Best Civ 5 Leaders – Now that Sid Meier’s Civilization 6 has been officially announced it’s a good time to look back at the first five games of the series and the vision of history they gave us.
Many historical characters appear throughout these games people that for good or bad shaped history as we know it.
But only 5 civilization leaders appear in all 5 games. Who are these 5 leaders and how have they been portrayed in the series let’s check it out.
1. Alexander III
Alexander III of Macedon, also known as Alexander the Great was an excellent military leader known among other facts for the successful invasion of the Persian Empire.
In the first game of the Civilization series Alexander is portrayed as one of the most aggressive leaders.
His diplomacy screen shows him holding a sword and the game considers him expansionist and militaristic.
If his cities are close to yours you know that going to war is just a matter of time. Those traits are also the main characteristic of Alexander on the second game of the series which means Alexander will build more cities than other leaders and he will prioritize the research of military technologies.
In the third installment of the series Alexander shows a new haircut which apparently turned him into a slightly less furious opponent who loves democracy.
The game introduced unique units but Alexander has the hoplite which is very good at defense but not so great for attacking.
However we only need to go one game ahead to see Alexander being described as aggressive once again Religions were added to the game in Civilization 4 and while having the same religion as Alexander might stop him from attacking you he’s really not among the leaders of care a lot about it.
In Civilization five Alexander is once again one of the most hated leaders, not only is he aggressive towards the human player but his unique ability will also make it harder for you to take advantage of one of the major new elements in the game the city states.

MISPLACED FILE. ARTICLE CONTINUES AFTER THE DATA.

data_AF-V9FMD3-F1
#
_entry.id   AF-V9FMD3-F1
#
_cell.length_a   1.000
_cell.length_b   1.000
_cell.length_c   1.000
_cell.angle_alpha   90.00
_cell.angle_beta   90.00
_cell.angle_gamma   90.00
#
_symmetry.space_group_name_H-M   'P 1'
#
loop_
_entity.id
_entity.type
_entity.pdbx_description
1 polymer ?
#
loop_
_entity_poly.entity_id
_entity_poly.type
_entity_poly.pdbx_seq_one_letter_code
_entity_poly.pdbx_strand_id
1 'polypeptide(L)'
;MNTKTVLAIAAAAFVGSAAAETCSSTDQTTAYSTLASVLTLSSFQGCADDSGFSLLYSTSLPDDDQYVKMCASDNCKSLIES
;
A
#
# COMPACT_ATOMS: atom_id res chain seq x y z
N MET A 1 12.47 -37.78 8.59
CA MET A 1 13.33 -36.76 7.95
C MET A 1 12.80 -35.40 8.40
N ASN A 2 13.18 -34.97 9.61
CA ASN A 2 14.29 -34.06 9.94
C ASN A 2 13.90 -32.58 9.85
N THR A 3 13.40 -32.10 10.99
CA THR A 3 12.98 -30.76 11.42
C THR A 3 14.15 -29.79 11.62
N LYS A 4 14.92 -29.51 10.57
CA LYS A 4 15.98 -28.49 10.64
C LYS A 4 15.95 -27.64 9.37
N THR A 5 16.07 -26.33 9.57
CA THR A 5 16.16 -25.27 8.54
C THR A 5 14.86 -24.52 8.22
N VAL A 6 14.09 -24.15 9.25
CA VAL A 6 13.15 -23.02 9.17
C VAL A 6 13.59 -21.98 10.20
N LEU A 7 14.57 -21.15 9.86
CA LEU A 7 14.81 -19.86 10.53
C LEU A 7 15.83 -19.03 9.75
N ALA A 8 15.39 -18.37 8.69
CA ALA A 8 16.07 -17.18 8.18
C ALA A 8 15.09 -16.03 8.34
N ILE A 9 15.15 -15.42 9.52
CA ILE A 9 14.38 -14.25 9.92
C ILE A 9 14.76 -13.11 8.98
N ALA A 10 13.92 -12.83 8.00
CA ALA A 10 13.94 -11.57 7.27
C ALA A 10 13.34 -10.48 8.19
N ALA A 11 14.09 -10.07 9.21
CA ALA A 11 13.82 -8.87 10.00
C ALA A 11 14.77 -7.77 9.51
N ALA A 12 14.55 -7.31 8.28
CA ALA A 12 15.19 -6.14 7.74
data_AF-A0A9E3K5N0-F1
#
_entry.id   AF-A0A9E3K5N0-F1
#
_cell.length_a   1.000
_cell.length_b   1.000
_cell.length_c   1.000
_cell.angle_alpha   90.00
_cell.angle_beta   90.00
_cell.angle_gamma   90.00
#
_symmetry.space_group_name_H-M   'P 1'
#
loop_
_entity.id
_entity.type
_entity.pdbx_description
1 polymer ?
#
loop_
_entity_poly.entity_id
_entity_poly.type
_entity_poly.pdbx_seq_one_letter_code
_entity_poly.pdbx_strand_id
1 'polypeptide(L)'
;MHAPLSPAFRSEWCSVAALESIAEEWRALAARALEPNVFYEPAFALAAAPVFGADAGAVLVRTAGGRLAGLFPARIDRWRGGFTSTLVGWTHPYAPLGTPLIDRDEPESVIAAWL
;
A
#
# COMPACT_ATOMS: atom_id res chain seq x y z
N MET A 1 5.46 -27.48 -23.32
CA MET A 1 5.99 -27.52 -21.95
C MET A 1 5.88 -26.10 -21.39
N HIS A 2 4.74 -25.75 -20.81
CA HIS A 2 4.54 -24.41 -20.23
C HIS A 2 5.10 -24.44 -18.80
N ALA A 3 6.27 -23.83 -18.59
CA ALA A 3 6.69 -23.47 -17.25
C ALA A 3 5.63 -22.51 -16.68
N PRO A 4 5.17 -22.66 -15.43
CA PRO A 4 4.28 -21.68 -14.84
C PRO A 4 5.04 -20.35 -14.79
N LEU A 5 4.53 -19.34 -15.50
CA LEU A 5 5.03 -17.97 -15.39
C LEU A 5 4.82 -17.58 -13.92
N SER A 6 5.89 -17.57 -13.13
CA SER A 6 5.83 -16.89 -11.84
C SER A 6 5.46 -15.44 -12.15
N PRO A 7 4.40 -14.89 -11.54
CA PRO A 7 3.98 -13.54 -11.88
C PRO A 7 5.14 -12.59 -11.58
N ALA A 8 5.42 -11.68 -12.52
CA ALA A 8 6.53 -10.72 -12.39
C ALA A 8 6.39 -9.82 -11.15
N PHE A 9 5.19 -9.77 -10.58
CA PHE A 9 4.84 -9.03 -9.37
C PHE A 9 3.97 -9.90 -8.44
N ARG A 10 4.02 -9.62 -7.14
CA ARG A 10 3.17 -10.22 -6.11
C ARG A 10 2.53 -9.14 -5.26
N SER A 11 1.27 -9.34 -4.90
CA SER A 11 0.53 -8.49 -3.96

In general the Civilization series has portrayed Alexander as a very relevant military threat and a hard enemy to attack.
His historical military success is the main part of his legacy is portrayed by the games, although there were some attempts to combine it with elements that we usually associate with the classical Greece of the ancient times.
Shaka, also known as Shaka Zulu was a very well-known leader of the Zulu kingdom. He conquered and through both military success and diplomacy, and it is said that he wasn’t impressed by the technology of the European empires of the time.
The first game portrays Shaka as an aggressive leader and his diplomacy screen also shows him holding a weapon.
While he’s not the most militaristic of the possible enemies you can have, he’s definitely among the ones you shouldn’t leave unchecked.
Although if you play well you should be able to get a technological advantage against him. the second game shows him once more as an aggressively leader, although he might not expand so fast or prioritizes military technology so much.
This should give you enough time to be ready for his attack. The third game consolidates Shaka as one of the most aggressive leaders you can find with bonuses to expansion and military power.
His new unique unit, the impi, is not particularly strong but its additional movement is not a bad bonus.
For his government Shaka likes despotism and hates democracy. Civilization 4 shows Shaka again as an aggressive and expansionist leader who doesn’t care if you don’t have the same religion as he does.
His impis are shown as spearmen with higher mobility but they still aren’t a particularly strong unit.